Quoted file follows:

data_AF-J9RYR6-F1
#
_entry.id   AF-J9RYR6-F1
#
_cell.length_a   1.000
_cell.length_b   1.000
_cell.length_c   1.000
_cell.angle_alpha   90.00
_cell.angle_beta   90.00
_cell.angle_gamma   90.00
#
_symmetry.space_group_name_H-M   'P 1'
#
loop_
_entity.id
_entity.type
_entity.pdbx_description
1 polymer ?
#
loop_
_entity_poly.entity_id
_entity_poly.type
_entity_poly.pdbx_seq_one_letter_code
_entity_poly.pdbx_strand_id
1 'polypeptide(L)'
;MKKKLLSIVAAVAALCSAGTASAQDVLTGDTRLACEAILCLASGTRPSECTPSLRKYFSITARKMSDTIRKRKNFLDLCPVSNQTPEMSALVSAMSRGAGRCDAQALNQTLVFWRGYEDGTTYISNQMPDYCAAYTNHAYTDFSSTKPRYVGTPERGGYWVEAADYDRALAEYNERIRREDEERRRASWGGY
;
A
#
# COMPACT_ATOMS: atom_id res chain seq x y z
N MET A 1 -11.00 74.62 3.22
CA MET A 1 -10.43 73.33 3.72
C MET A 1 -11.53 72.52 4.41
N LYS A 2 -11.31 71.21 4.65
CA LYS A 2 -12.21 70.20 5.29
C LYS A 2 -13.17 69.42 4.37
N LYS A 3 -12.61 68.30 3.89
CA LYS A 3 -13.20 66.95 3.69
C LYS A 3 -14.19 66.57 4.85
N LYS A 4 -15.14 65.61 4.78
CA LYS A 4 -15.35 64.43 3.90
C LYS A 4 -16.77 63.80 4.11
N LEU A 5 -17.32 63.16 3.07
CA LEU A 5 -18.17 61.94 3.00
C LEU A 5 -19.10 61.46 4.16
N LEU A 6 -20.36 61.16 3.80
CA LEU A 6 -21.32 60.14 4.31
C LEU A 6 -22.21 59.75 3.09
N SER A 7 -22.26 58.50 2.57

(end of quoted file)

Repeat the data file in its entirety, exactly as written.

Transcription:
data_AF-J9RYR6-F1
#
_entry.id   AF-J9RYR6-F1
#
_cell.length_a   1.000
_cell.length_b   1.000
_cell.length_c   1.000
_cell.angle_alpha   90.00
_cell.angle_beta   90.00
_cell.angle_gamma   90.00
#
_symmetry.space_group_name_H-M   'P 1'
#
loop_
_entity.id
_entity.type
_entity.pdbx_description
1 polymer ?
#
loop_
_entity_poly.entity_id
_entity_poly.type
_entity_poly.pdbx_seq_one_letter_code
_entity_poly.pdbx_strand_id
1 'polypeptide(L)'
;MKKKLLSIVAAVAALCSAGTASAQDVLTGDTRLACEAILCLASGTRPSECTPSLRKYFSITARKMSDTIRKRKNFLDLCPVSNQTPEMSALVSAMSRGAGRCDAQALNQTLVFWRGYEDGTTYISNQMPDYCAAYTNHAYTDFSSTKPRYVGTPERGGYWVEAADYDRALAEYNERIRREDEERRRASWGGY
;
A
#
# COMPACT_ATOMS: atom_id res chain seq x y z
N MET A 1 -11.00 74.62 3.22
CA MET A 1 -10.43 73.33 3.72
C MET A 1 -11.53 72.52 4.41
N LYS A 2 -11.31 71.21 4.65
CA LYS A 2 -12.21 70.20 5.29
C LYS A 2 -13.17 69.42 4.37
N LYS A 3 -12.61 68.30 3.89
CA LYS A 3 -13.20 66.95 3.69
C LYS A 3 -14.19 66.57 4.85
N LYS A 4 -15.14 65.61 4.78
CA LYS A 4 -15.35 64.43 3.90
C LYS A 4 -16.77 63.80 4.11
N LEU A 5 -17.32 63.16 3.07
CA LEU A 5 -18.17 61.94 3.00
C LEU A 5 -19.10 61.46 4.16
N LEU A 6 -20.36 61.16 3.80
CA LEU A 6 -21.32 60.14 4.31
C LEU A 6 -22.21 59.75 3.09
N SER A 7 -22.26 58.50 2.57